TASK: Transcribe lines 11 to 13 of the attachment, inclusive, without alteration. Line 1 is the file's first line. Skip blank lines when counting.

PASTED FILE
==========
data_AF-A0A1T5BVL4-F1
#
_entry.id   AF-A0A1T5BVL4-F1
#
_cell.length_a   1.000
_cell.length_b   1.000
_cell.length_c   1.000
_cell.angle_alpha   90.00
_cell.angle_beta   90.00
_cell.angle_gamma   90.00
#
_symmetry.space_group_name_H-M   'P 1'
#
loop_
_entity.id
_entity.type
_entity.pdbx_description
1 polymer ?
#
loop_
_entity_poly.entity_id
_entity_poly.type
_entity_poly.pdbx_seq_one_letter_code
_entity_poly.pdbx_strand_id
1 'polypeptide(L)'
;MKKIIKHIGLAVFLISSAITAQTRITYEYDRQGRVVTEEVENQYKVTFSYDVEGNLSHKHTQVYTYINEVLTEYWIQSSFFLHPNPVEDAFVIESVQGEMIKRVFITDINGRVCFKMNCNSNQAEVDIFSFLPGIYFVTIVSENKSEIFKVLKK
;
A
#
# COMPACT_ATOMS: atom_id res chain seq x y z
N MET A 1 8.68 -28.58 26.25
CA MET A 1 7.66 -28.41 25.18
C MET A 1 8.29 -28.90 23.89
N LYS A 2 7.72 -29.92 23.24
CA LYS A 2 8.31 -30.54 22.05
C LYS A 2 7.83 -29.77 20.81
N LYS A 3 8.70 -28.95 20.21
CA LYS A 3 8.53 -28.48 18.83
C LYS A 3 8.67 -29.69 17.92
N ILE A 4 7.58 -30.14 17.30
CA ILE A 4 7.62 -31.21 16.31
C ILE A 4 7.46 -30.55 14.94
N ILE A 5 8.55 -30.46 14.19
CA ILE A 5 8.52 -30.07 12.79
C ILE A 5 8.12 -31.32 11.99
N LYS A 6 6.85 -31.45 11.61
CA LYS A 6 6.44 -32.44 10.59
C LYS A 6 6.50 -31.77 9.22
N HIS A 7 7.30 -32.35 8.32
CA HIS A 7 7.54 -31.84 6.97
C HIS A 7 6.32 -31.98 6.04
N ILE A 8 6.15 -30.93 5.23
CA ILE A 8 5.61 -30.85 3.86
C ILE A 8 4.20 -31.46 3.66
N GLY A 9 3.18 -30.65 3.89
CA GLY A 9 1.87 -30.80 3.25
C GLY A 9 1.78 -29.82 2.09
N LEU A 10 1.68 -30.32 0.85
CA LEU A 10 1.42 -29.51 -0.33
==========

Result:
#
_symmetry.space_group_name_H-M   'P 1'
#